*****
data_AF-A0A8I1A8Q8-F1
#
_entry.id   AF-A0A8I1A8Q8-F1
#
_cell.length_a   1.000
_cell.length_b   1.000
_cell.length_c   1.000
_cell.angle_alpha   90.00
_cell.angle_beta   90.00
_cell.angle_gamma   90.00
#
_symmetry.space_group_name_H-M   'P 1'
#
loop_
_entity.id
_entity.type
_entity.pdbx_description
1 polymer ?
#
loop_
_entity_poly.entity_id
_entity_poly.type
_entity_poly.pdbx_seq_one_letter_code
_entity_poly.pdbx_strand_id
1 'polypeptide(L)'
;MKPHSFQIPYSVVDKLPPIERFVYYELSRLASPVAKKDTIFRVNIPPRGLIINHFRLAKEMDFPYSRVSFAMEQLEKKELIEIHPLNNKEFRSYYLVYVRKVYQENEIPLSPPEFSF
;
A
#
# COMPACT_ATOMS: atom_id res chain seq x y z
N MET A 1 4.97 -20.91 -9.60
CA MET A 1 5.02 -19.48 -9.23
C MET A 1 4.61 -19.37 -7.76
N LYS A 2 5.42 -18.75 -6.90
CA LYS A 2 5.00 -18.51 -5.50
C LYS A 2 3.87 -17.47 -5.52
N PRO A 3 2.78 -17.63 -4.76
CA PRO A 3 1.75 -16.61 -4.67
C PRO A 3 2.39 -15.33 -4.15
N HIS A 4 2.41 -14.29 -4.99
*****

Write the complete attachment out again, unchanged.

data_AF-A0A8I1A8Q8-F1
#
_entry.id   AF-A0A8I1A8Q8-F1
#
_cell.length_a   1.000
_cell.length_b   1.000
_cell.length_c   1.000
_cell.angle_alpha   90.00
_cell.angle_beta   90.00
_cell.angle_gamma   90.00
#
_symmetry.space_group_name_H-M   'P 1'
#
loop_
_entity.id
_entity.type
_entity.pdbx_description
1 polymer ?
#
loop_
_entity_poly.entity_id
_entity_poly.type
_entity_poly.pdbx_seq_one_letter_code
_entity_poly.pdbx_strand_id
1 'polypeptide(L)'
;MKPHSFQIPYSVVDKLPPIERFVYYELSRLASPVAKKDTIFRVNIPPRGLIINHFRLAKEMDFPYSRVSFAMEQLEKKELIEIHPLNNKEFRSYYLVYVRKVYQENEIPLSPPEFSF
;
A
#
# COMPACT_ATOMS: atom_id res chain seq x y z
N MET A 1 4.97 -20.91 -9.60
CA MET A 1 5.02 -19.48 -9.23
C MET A 1 4.61 -19.37 -7.76
N LYS A 2 5.42 -18.75 -6.90
CA LYS A 2 5.00 -18.51 -5.50
C LYS A 2 3.87 -17.47 -5.52
N PRO A 3 2.78 -17.63 -4.76
CA PRO A 3 1.75 -16.61 -4.67
C PRO A 3 2.39 -15.33 -4.15
N HIS A 4 2.41 -14.29 -4.99